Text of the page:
Page:Dictionary of National Biography volume 47.djvu/143

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sent on a mission to the emperor Charles V at Brussels, for the purpose apparently of soliciting Philip to return to England (Cal. State Papers, For. Ser. ii. 220, Venetian vol. vi. pt. i. p. 399).

Fitzwalter returned to England early in April 1557, and on the 27th he was appointed lord deputy of Ireland, in place of Sir Anthony St. Leger [q. v.] In the instructions given to him (Cal. Carew MSS. i. 252-7) he was specially admonished to advance the true catholic faith and religion, to punish and repress all heretics and lollards, to have due regard to the administration of justice, to repress rebels, and not to grant pardons too freely, and to make preparations for a parliament 'which is thought right necessary to be forthwith called.' To these were added certain other instructions (Cott. MS. Titus B. xi. ff. 464-7) relative to the projected settlement and plantation of Leix and Offaly. Accompanied by his wife, Sir Henry Sidney [q. v."], Sir William Fitzwilliam (1526-1599) [q. v.], and others, he arrived at Dublin on Whit-Sunday, 24 May. The next day he visited St. Leger at Kilmainham, where he was hospitably entertained, and on the day following he received the sword of state in Christ Church, Dublin. The month of June was passed in arranging the necessary details of his administration; but on 1 July he conducted an expedition into the north for the purpose of expelling the Hebridean Scots from their recently established settlements along the Antrim coast. At Coleraine, hearing that a large body of redshanks supported by Shane O'Neill [q. v.], who had lately ousted his father from the chieftaincy of Tyrone, and was endeavouring to make himself master of Ulster, was lurking in the woods of Glenconkein. Fitzwalter prepared to attack them. He encountered them on the 18th at a place called Knockloughan (? Knockclogrim, near Maghera), and, having slain two hundred of them, put the rest to flight. Retracing his steps to Coleraine, he advanced through the Route and the Glynnes to Glenarm. James MacDonnell, the chief of the Antrim Scots, and elder brother of Sorley Boy MacDonnell . [q. v.], had already escaped to Scotland, but his creaghts were captured; and so, after a journey through the country, which at that time was practically a terra incognita to Englishmen, he returned to Newry, and, after receiving the submission of Shane O'Neill, disbanded his army on 5 Aug.

Returning to Dublin, Fitzwalter prepared to carry out his instructions in regard to the plantation of Leix and Offaly. After a fruitless attempt at conciliation, war was proclaimed against the O'Conors of Offaly in February 1557, and before long Conel O'More's body was dangling from Leighlin Bridge, and Donough, second son of Bernard or Brian O'Conor Faly [q. v.], grew weaker day by day as he was hunted from one fastness to another. It was under these circumstances that the parliament which Fitzwalter had been authorised to summon assembled at Dublin on 1 June. He had already, in consequence of his father's death on 17 Feb., succeeded to the earldom of Sussex, and was appointed about the same time warden of all the forests south of the Trent, and captain of the band of gentlemen pensioners (Dugdale, Baronage). On 1 June, immediately before the opening of parliament, he was invested with the order of the Garter, to which he had been elected on 23 April, by the Earls of Kildare and Ormonde (Machyn, Diary, p. 133). Before parliament was prorogued on 2 July acts had been passed declaring the queen to have been born in just and lawful wedlock, reviving the statutes against heretics, repealing all statutes against the see of Rome since 20 Henry VIII, confirming all spiritual and ecclesiastical possessions conveyed to the laity, entitling the crown to the countries of Leix, Slievemargy, Iregan, Glenmalier, and Offaly, erecting the same into shire ground by the name of King's and Queen's County, and enabling the Earl of Sussex to grant estates therein,, and finally rendering it penal to bring in or intermarry with the Scots. It was, however, easier to dispose of Leix and Offaly by act of parliament than to take actual possession; and parliament had scarcely risen when Sussex was compelled to take the field against Donough O'Conor, who had captured the castle of Meelick. Meelick was recaptured and garrisoned in July, but O'Conor managed to escape, and, after proclaiming him and his confederates traitors, Sussex returned to Dublin. A few weeks later Sussex, who thought it a favourable opportunity to punish Shane O'Neill for his underhand dealings with the Scots, again marched northward on 22 Oct., and, having burned Armagh and ravaged Tyrone with fire and sword, forcibly restored the aged Earl of Tyrone and his son Matthew, baron of Dungannon. He returned to Dublin on 30 Nov., and four days later sailed for England, entrusting the government during his absence to Archbishop Curwen and Sir Henry Sidney. He spent Christmas at court.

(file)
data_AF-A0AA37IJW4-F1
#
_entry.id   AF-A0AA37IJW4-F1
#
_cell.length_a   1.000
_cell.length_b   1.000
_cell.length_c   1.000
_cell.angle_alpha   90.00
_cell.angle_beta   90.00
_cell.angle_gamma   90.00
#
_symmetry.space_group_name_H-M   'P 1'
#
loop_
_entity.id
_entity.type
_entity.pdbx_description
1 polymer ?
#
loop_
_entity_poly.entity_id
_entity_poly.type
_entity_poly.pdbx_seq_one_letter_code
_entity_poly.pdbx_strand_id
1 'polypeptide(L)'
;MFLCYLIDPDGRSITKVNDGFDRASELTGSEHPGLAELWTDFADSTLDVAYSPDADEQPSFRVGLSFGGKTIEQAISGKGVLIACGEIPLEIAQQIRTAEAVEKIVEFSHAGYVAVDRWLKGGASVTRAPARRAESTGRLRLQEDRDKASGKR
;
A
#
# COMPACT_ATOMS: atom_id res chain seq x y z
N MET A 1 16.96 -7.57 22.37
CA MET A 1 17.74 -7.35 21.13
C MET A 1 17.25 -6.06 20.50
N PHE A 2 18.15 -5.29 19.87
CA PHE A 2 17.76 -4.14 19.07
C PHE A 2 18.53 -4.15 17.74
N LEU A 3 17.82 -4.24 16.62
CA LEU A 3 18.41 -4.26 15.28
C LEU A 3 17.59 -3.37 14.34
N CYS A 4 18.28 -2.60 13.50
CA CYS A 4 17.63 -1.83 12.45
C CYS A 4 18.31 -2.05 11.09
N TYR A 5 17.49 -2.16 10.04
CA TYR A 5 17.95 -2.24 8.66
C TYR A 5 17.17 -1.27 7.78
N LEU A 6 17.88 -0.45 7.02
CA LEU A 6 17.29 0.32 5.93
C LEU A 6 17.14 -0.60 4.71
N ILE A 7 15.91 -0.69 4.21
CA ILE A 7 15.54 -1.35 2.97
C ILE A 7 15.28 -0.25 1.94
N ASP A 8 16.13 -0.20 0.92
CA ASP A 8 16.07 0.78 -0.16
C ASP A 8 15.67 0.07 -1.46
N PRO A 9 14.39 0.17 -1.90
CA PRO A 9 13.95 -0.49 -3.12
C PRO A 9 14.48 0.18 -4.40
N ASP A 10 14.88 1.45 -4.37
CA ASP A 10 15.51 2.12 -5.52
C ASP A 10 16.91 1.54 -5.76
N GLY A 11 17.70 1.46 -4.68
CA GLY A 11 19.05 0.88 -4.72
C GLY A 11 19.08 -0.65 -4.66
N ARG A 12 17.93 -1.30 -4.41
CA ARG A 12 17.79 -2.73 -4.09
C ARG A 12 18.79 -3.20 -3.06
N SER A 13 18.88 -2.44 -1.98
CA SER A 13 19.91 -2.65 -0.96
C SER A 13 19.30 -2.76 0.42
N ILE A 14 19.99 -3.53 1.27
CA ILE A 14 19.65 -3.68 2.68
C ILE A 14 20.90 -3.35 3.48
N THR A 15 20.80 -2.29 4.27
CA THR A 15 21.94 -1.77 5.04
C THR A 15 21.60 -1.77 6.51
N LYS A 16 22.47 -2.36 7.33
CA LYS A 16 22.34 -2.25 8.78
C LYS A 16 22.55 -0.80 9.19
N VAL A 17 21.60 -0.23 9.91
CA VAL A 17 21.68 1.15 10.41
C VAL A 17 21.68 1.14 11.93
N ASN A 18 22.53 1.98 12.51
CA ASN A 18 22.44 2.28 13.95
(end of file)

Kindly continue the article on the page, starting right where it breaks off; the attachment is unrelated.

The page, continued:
Sussex left London on 21 March, but he did not arrive at Dublin till 27 April. His former services were warmly commended by the English government, and he was specially